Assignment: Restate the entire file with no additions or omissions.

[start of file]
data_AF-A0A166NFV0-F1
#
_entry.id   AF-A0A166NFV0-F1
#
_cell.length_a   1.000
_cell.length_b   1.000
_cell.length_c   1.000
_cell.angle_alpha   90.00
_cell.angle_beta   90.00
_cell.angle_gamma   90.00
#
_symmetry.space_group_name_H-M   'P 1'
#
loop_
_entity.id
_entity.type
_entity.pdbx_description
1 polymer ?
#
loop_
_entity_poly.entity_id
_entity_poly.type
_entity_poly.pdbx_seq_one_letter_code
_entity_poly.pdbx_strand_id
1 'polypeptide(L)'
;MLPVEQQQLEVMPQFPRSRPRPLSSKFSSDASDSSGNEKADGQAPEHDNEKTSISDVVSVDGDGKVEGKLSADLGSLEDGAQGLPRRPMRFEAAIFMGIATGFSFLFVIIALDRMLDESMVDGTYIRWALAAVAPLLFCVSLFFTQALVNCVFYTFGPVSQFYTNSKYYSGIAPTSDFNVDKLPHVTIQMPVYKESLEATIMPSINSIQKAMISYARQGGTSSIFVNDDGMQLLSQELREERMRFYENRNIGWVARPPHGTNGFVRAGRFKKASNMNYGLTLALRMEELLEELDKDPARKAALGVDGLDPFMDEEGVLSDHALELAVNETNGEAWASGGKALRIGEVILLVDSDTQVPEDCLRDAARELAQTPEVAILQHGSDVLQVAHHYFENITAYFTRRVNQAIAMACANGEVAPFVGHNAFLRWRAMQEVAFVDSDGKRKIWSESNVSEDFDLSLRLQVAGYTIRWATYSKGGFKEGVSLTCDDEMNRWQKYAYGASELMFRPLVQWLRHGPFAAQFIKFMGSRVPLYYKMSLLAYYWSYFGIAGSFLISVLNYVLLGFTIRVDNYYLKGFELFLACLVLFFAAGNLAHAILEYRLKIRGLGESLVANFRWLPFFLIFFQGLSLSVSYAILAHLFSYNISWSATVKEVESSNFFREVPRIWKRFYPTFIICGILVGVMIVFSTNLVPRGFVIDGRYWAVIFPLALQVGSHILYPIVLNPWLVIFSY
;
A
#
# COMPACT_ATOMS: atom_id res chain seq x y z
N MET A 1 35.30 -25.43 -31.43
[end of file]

data_AF-A0A166NFV0-F1
#
_entry.id   AF-A0A166NFV0-F1
#
_cell.length_a   1.000
_cell.length_b   1.000
_cell.length_c   1.000
_cell.angle_alpha   90.00
_cell.angle_beta   90.00
_cell.angle_gamma   90.00
#
_symmetry.space_group_name_H-M   'P 1'
#
loop_
_entity.id
_entity.type
_entity.pdbx_description
1 polymer ?
#
loop_
_entity_poly.entity_id
_entity_poly.type
_entity_poly.pdbx_seq_one_letter_code
_entity_poly.pdbx_strand_id
1 'polypeptide(L)'
;MLPVEQQQLEVMPQFPRSRPRPLSSKFSSDASDSSGNEKADGQAPEHDNEKTSISDVVSVDGDGKVEGKLSADLGSLEDGAQGLPRRPMRFEAAIFMGIATGFSFLFVIIALDRMLDESMVDGTYIRWALAAVAPLLFCVSLFFTQALVNCVFYTFGPVSQFYTNSKYYSGIAPTSDFNVDKLPHVTIQMPVYKESLEATIMPSINSIQKAMISYARQGGTSSIFVNDDGMQLLSQELREERMRFYENRNIGWVARPPHGTNGFVRAGRFKKASNMNYGLTLALRMEELLEELDKDPARKAALGVDGLDPFMDEEGVLSDHALELAVNETNGEAWASGGKALRIGEVILLVDSDTQVPEDCLRDAARELAQTPEVAILQHGSDVLQVAHHYFENITAYFTRRVNQAIAMACANGEVAPFVGHNAFLRWRAMQEVAFVDSDGKRKIWSESNVSEDFDLSLRLQVAGYTIRWATYSKGGFKEGVSLTCDDEMNRWQKYAYGASELMFRPLVQWLRHGPFAAQFIKFMGSRVPLYYKMSLLAYYWSYFGIAGSFLISVLNYVLLGFTIRVDNYYLKGFELFLACLVLFFAAGNLAHAILEYRLKIRGLGESLVANFRWLPFFLIFFQGLSLSVSYAILAHLFSYNISWSATVKEVESSNFFREVPRIWKRFYPTFIICGILVGVMIVFSTNLVPRGFVIDGRYWAVIFPLALQVGSHILYPIVLNPWLVIFSY
;
A
#
# COMPACT_ATOMS: atom_id res chain seq x y z
N MET A 1 35.30 -25.43 -31.43